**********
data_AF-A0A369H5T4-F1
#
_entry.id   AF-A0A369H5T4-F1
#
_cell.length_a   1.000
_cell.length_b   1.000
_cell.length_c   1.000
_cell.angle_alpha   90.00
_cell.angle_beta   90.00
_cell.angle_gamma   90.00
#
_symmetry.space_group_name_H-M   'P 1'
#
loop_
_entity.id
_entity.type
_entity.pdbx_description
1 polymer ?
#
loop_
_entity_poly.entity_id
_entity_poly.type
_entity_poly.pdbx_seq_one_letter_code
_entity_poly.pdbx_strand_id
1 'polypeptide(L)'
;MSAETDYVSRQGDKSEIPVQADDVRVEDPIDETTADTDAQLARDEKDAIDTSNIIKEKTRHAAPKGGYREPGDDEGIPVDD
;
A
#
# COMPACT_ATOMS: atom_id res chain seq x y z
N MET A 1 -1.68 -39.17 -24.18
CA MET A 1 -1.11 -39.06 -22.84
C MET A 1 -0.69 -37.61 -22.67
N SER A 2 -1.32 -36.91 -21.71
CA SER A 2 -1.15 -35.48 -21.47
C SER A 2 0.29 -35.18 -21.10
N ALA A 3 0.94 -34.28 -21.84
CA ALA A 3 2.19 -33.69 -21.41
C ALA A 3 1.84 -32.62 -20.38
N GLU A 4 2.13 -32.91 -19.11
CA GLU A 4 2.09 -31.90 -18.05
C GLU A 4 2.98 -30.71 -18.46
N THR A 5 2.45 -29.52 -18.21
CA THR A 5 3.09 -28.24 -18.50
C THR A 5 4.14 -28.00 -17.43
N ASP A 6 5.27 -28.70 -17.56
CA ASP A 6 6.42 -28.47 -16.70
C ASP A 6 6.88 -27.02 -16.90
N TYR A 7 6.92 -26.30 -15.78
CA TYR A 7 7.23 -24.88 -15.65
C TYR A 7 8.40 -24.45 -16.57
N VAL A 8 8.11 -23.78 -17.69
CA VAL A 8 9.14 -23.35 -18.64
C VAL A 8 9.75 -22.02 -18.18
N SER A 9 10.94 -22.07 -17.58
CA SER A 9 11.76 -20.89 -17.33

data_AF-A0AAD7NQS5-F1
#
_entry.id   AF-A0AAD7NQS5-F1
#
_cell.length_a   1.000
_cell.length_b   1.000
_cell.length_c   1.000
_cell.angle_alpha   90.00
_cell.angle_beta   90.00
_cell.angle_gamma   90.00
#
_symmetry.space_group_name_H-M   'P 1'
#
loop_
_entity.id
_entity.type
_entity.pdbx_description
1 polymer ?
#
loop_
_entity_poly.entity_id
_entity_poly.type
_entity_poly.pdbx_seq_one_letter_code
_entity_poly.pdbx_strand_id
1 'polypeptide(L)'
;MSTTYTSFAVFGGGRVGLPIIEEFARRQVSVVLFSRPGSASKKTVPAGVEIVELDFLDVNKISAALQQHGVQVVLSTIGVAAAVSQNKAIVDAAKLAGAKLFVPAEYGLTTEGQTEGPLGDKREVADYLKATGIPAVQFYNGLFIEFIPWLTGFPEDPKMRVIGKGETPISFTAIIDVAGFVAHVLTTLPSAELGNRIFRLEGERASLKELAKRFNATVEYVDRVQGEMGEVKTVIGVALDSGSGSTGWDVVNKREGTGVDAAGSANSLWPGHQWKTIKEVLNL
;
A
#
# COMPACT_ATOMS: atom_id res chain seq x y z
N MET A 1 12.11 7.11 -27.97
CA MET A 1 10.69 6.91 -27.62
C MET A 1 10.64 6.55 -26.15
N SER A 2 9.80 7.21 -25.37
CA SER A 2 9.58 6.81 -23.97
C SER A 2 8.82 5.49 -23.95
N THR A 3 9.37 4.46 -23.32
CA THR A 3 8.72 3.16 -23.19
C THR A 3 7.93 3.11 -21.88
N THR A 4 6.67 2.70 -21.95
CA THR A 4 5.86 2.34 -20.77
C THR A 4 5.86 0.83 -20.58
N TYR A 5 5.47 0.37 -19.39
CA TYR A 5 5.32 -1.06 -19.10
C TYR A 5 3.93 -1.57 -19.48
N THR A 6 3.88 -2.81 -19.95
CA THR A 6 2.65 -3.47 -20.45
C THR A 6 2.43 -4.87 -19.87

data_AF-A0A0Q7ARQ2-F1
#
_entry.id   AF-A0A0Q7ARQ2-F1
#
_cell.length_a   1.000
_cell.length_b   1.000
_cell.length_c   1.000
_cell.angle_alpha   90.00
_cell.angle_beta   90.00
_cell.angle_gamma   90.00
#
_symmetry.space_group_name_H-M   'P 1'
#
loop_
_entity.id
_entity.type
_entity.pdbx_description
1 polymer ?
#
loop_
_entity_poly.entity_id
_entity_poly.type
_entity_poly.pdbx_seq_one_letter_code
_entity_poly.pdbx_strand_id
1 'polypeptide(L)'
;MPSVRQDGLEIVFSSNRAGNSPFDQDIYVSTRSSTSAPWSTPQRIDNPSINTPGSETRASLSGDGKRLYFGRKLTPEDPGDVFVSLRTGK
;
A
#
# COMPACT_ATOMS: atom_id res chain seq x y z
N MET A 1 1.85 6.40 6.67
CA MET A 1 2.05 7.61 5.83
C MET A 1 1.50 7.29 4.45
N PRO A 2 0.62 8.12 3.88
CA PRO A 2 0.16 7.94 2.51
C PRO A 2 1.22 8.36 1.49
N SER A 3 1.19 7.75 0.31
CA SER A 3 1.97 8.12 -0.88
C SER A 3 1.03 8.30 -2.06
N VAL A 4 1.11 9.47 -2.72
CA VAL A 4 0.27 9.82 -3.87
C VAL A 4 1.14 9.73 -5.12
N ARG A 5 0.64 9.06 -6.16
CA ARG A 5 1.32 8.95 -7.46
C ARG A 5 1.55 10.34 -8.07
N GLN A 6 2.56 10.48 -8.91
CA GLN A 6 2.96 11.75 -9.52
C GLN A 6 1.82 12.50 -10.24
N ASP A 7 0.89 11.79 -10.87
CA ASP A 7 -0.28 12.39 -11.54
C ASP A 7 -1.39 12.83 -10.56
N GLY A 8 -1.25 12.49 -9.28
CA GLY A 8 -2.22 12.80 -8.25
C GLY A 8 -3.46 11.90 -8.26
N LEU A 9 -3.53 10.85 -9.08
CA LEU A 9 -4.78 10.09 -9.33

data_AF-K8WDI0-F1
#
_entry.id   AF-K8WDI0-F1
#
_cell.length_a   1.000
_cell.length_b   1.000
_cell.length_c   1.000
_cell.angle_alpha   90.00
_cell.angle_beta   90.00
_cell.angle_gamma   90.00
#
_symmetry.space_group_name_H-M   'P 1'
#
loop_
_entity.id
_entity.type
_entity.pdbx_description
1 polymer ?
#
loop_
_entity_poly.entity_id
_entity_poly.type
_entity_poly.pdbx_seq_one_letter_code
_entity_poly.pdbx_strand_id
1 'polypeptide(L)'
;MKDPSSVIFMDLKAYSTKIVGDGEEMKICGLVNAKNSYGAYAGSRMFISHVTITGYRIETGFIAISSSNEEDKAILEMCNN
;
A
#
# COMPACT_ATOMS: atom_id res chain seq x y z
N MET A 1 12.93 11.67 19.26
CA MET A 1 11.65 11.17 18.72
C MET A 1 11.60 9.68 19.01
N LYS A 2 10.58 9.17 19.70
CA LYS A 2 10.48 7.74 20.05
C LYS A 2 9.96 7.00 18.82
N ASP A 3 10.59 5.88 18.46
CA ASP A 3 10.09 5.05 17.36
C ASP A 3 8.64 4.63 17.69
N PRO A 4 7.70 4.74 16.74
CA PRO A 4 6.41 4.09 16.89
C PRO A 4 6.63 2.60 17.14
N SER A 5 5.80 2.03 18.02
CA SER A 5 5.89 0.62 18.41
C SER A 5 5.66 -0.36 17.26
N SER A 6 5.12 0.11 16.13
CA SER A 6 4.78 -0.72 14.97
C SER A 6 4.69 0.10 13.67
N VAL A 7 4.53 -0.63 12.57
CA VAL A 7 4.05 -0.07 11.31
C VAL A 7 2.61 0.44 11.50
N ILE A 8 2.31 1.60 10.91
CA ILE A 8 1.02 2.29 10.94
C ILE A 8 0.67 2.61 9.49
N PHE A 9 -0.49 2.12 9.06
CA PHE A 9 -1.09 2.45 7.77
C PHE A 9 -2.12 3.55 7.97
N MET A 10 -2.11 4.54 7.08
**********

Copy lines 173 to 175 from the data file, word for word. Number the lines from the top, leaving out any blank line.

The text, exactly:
#
loop_
_entity.id